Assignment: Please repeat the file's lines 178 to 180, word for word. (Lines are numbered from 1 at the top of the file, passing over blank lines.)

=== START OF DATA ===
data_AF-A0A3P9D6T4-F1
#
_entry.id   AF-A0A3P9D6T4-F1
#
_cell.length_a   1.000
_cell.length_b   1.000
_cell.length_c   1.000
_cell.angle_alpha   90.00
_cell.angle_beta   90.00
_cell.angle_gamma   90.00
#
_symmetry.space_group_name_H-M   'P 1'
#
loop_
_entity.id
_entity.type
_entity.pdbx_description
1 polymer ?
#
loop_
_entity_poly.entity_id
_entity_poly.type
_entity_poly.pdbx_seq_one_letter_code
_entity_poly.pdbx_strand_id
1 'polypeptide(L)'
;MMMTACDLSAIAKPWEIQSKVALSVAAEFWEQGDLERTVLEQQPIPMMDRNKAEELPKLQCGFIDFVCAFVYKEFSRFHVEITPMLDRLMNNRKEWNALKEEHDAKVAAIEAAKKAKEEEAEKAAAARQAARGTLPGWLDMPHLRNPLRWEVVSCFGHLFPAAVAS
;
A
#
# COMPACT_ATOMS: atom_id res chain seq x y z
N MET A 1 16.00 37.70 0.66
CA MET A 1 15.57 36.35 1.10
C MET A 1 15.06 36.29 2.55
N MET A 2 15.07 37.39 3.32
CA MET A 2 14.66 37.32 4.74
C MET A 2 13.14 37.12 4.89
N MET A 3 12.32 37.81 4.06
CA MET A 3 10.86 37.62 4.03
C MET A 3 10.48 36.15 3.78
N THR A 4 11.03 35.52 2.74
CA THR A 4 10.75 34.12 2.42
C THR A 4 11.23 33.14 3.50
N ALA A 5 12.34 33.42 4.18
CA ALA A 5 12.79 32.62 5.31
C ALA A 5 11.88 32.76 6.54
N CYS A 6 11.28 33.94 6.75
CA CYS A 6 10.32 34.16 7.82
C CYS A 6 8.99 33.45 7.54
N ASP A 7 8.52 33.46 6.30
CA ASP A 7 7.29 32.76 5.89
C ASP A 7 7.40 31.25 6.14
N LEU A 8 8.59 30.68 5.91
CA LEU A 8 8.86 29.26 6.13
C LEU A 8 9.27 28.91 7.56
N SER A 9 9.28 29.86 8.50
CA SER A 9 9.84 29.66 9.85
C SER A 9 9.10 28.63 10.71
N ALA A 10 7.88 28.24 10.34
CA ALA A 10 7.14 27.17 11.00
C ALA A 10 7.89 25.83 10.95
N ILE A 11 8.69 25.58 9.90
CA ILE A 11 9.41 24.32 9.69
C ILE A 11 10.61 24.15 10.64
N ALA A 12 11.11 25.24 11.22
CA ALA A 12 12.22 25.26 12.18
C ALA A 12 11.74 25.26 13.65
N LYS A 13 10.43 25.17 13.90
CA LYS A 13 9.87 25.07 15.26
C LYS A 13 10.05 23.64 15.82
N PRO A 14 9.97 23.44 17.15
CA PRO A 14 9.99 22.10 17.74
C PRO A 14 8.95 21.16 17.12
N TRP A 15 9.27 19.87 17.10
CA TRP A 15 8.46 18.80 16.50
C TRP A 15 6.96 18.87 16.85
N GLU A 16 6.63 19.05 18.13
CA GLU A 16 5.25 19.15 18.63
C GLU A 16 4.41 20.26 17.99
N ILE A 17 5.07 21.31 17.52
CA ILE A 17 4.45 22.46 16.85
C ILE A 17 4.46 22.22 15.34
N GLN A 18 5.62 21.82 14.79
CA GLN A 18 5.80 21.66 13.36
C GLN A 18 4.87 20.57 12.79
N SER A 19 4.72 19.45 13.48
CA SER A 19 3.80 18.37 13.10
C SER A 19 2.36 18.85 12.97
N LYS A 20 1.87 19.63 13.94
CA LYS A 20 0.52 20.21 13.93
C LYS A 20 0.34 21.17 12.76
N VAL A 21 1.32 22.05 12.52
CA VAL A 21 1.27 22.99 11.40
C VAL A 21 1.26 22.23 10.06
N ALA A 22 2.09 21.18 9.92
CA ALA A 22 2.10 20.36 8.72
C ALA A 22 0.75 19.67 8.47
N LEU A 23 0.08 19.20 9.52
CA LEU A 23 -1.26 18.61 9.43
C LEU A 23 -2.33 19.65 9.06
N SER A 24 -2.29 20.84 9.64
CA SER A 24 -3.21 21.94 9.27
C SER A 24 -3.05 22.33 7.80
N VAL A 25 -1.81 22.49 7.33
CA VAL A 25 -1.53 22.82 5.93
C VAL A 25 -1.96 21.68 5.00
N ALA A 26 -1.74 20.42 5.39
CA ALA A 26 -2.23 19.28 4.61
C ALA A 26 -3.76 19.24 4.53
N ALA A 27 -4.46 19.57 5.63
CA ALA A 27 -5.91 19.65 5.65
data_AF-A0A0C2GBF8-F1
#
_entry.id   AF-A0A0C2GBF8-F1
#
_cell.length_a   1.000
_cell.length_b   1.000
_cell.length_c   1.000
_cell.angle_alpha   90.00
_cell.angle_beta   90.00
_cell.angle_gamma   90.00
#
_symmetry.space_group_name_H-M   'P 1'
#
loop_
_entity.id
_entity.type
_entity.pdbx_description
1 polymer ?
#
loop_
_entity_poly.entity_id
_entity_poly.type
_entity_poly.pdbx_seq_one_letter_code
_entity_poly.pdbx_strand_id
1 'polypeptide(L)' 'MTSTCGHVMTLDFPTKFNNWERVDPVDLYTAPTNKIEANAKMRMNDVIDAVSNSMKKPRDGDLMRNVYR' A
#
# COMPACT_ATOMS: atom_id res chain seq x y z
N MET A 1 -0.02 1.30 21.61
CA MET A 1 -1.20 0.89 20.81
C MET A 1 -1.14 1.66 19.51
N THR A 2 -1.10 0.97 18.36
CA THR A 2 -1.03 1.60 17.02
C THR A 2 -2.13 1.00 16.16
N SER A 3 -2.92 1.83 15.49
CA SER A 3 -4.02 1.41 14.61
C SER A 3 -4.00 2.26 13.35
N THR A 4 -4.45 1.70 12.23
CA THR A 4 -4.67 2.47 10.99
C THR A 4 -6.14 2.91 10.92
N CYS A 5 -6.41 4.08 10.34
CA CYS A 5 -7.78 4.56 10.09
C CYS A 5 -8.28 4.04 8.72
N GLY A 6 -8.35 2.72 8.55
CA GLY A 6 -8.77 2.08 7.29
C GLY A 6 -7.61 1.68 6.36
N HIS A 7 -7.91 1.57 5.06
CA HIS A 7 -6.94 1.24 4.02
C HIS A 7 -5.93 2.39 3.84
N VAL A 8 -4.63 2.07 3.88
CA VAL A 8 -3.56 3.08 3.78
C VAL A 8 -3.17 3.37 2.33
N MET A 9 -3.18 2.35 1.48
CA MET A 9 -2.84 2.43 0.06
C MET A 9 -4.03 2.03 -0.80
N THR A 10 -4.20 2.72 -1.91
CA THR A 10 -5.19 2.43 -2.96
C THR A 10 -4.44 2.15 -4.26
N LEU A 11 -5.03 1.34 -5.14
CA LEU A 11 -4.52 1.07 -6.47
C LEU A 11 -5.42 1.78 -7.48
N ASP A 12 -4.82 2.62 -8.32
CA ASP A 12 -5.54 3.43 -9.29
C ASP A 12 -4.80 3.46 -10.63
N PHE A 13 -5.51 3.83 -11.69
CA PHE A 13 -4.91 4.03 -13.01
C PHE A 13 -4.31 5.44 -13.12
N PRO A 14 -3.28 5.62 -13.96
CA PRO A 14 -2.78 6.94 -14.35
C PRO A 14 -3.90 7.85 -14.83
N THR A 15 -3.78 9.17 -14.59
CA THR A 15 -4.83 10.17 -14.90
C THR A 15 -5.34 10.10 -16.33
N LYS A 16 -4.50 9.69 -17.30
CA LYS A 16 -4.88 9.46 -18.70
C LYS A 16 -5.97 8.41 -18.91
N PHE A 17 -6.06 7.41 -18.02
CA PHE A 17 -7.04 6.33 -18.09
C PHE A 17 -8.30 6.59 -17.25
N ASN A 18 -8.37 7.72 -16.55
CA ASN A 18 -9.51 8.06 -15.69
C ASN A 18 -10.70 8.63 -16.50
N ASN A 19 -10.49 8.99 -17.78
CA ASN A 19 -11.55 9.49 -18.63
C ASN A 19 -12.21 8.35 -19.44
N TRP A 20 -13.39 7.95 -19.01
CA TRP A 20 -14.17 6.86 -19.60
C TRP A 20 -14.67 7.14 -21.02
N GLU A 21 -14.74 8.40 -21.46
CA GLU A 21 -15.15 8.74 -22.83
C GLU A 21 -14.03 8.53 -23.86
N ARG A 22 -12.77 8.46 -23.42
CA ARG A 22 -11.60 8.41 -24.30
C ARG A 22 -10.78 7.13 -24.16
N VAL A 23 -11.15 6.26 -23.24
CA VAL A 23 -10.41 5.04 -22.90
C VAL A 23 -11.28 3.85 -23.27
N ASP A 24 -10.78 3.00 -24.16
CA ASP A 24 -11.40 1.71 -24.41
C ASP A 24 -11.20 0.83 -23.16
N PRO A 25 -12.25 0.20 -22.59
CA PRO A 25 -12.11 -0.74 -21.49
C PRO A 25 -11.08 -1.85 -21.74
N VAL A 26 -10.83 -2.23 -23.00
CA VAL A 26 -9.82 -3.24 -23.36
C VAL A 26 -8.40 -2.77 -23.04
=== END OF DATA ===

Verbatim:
CA PRO A 14 -2.78 6.94 -14.35
C PRO A 14 -3.90 7.85 -14.83
N THR A 15 -3.78 9.17 -14.59